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|House Approves ’04 Ag Appropriations Measure|
The House approved the FY04 agriculture appropriations bill (HR 2673) on a vote of 347-64. During floor debate, members defeated (193-208) an amendment by Reps. Hooley (D-OR) and Rehberg (R-MT) that would have removed a provision added by the subcommittee prohibiting USDA from implementing country-of-origin labeling requirements for meat and meat products.
The bill provides $51 million for boll weevil eradication, continues the Farm Service Agency’s boll weevil eradication loan authority at $100 million and provides $2 million for pink bollworm eradication. Funds are provided to Clemson U. to complete work on the textile marker system.
As previously reported, the FY04 agriculture discretionary spending levels are 2.3% below FY03.
|Ag Appropriations Bill Clears Senate Committee|
The Senate Appropriations Committee approved its version of the FY04 agriculture appropriations bill (S. 1427) by voice vote on July 17. The only change to the version approved by the subcommittee on July 15 was approval of an amendment authored by Sen. Dorgan (D-ND), which would relax travel restrictions to Cuba when travel is related to sale of US agriculture products and medicine.
The bill provides $51.7 million for boll weevil eradication; continues the $100 million Farm Service Agency (FSA) loan program for boll weevil eradication; provides $2.1 million for pink bollworm eradication; and authorizes USDA-FSA to allow FSA to utilize the boll weevil eradication loan program for pink bollworm eradication activities that meet the criteria.
The Senate bill, like the House bill, provides $17 billion for discretionary programs and $60.4 billion for mandatory programs. Unlike the House, the Senate version approved by the committee does not include language prohibiting USDA from implementing country-of-origin regulations for meat and meat products, nor does it prohibit USDA from implementing the new Conservation Security Program (CSP) authorized by the ’02 farm law.
The Senate may consider the appropriations measure prior to the Aug. 2 recess.
|Chile, Singapore Agreements Pass Committee Tests|
Legislation necessary to implement free trade agreements negotiated with Chile and Singapore (HR 2739/S 1417) cleared key Congressional committees, leading to consideration of the legislation by the House and Senate. The House may schedule the bill as soon as July 23 or 24.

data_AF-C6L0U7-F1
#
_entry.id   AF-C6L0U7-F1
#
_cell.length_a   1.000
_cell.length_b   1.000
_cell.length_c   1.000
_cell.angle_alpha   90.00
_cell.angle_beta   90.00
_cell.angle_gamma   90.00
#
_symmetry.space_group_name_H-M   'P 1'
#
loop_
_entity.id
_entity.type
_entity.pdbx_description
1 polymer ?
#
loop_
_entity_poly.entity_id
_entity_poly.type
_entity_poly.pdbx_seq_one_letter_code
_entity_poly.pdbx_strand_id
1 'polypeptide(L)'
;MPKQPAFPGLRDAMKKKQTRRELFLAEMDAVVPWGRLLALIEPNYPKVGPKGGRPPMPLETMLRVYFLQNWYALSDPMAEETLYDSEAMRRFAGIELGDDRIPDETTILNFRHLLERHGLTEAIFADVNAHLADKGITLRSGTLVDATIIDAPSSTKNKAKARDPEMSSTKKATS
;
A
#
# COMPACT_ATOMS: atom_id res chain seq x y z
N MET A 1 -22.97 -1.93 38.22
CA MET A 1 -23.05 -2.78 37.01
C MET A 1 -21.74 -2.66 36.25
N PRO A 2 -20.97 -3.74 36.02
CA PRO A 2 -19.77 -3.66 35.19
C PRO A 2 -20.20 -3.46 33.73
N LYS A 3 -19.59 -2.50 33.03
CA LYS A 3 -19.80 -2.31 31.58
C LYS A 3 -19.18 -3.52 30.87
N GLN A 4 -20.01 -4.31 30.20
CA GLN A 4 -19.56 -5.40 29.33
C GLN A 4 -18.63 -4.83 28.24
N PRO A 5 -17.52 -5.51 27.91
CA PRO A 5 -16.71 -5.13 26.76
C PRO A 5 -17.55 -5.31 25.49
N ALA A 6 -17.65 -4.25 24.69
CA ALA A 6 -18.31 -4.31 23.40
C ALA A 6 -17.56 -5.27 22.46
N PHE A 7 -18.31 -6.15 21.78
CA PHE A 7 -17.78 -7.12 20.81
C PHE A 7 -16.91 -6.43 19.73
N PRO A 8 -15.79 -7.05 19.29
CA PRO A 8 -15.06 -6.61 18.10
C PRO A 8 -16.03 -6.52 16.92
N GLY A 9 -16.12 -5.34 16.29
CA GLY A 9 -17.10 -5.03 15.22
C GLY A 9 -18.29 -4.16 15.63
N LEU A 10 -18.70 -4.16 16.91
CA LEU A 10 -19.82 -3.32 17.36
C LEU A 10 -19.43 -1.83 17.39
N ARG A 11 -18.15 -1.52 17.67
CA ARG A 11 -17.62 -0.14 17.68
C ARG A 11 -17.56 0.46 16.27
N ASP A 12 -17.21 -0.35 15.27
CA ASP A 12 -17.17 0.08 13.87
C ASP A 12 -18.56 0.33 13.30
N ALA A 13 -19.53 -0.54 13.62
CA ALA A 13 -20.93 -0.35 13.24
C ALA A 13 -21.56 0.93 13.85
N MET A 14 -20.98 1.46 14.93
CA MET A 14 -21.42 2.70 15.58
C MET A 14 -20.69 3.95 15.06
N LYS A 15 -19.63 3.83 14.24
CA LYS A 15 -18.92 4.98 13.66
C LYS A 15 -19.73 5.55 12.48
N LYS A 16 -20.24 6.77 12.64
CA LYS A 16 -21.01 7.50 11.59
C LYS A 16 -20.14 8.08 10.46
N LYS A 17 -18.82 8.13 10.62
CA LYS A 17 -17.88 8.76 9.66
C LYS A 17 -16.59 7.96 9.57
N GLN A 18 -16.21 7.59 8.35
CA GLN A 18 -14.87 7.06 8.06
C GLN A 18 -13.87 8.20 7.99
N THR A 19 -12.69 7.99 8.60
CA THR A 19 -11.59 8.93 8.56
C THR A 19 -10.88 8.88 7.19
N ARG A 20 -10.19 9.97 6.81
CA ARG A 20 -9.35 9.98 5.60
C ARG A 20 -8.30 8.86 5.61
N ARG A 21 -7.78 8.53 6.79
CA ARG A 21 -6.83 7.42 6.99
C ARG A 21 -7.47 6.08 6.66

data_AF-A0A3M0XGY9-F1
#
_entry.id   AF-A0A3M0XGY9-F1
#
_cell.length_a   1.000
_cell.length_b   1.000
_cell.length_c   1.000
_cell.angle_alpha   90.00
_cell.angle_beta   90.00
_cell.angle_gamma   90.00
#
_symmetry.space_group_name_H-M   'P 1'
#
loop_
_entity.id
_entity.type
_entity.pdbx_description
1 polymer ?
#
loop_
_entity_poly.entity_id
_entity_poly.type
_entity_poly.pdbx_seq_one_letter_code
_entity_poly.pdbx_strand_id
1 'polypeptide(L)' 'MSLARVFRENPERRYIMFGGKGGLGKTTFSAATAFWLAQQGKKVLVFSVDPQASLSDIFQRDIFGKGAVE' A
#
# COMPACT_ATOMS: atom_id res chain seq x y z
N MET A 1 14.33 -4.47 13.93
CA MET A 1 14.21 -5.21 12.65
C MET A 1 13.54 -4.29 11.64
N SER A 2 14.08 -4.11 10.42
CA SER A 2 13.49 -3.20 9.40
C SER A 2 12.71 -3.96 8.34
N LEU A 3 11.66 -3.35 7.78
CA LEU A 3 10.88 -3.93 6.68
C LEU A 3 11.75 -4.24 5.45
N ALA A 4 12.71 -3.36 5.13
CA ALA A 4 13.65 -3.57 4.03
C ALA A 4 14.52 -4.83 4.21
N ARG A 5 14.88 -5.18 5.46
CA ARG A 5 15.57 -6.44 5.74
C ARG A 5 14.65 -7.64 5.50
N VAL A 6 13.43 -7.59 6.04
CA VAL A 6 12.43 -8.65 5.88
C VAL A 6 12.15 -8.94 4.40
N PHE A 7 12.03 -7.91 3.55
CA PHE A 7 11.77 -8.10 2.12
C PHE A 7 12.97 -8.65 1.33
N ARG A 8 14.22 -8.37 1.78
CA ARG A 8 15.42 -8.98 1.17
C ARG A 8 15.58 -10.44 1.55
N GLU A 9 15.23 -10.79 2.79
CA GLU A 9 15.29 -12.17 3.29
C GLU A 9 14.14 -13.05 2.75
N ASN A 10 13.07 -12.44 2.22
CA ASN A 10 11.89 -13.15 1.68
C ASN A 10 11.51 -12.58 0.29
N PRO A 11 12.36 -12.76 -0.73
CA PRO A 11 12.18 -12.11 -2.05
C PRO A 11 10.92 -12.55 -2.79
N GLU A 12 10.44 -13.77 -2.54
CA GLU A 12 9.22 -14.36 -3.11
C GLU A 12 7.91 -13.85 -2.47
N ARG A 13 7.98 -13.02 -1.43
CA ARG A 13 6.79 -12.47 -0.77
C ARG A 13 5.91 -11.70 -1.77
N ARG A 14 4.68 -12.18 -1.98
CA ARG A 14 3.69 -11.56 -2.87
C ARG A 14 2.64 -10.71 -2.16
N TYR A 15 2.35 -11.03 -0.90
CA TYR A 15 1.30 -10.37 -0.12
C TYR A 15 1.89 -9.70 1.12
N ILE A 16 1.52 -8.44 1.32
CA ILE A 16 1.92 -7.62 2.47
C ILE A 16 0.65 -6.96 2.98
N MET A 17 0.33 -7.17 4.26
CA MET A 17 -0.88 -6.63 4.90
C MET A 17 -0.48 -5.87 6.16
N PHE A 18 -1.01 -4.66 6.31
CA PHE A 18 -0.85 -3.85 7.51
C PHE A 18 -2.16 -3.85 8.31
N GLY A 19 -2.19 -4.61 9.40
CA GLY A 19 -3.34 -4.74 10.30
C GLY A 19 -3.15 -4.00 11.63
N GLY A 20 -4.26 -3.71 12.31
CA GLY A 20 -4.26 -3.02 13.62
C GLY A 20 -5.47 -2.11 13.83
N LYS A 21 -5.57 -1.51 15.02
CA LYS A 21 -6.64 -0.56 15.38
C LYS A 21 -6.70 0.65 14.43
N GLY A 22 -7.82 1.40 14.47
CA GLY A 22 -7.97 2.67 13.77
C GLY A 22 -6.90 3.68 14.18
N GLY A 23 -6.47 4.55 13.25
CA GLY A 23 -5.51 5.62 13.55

On July 16, the House Ways and Means Committee approved the implementing legislation for both agreements on identical 33-5 votes. The Senate Finance Committee also approved the legislation on July 17. The agreements will be the first considered under "fast-track" procedures re-authorized in the Trade Act of ’02.
Several members of the Ways and Means Committee who voted for the agreements indicated their support should not be taken as an indication that they would support future agreements, including the Central American Free Trade Agreement (CAFTA). Members expressed concerns that the labor provisions in the Chile and Singapore agreements would be inappropriate for the CAFTA. The so-called integrated sourcing initiative (ISI) in the Singapore agreement, which allows for certain high-tech products imported by Singapore to be treated as Singaporean origin, and a provision requiring a specific number of temporary work visas be issued to workers entering the US from Singapore and Chile, also were cited as causes for concern. The ISI provision was modified in the implementing legislation to the satisfaction of a majority of committee members. The House and Senate Judiciary committees cautioned the Office of the US Trade Representative against including immigration-related provisions in future agreements.
|Ways and Means to Consider Pension Rule Changes|
Legislation that would increase allowable contributions to retirement accounts and change funding rules for pension plans is up for consideration by the House Ways and Means Committee. Co-authored by Reps. Cardin (D-MD) and Portman (R-OH), the legislation (HR 1776) would allow companies with pension plans to calculate funding requirements based on the corporate bond index rather than 30-year Treasury bonds.
The legislation would modify the rule for 3 years while Congress develops a permanent solution. The bill also will change the mandatory age for withdrawals from IRA accounts to 75 from 70½ and extend the tax credit for employees earning less than $25,000 a year who contribute to a retirement plan. Current law expires in ’06, but Cardin-Portman extends the tax credit to ’10.
The legislation would increase contribution limits on 401(k) and IRA plans. While the legislation is likely to be approved by the Ways and Means Committee, the outlook for approval by the full House and the Senate is uncertain. The cost of the legislation is estimated to be approximately $50 billion over 10 years.
|Classing Data Now Accessible via Internet|
The USDA/AMS Cotton Program has sent a letter to all cotton program dialup customers announcing that classing data is now available via the internet. An attachment to the letter references an FTP site where software that will enable connections via the internet is available.
Internet access is being added in response to customer requests. All other transmission methods (modem, diskette, ISDN) and data formats (autol, sendm, file1, ams01, natdb, futures, etc.) remain the same.
Access to classification data will require an assigned user ID and password. If you already have an ID, you will be able to access your data after installing the software. New customers must contact the appropriate office (local Classing Office, Quality Assurance or the Information Technology staff) to obtain a user ID, password and the FTP site address.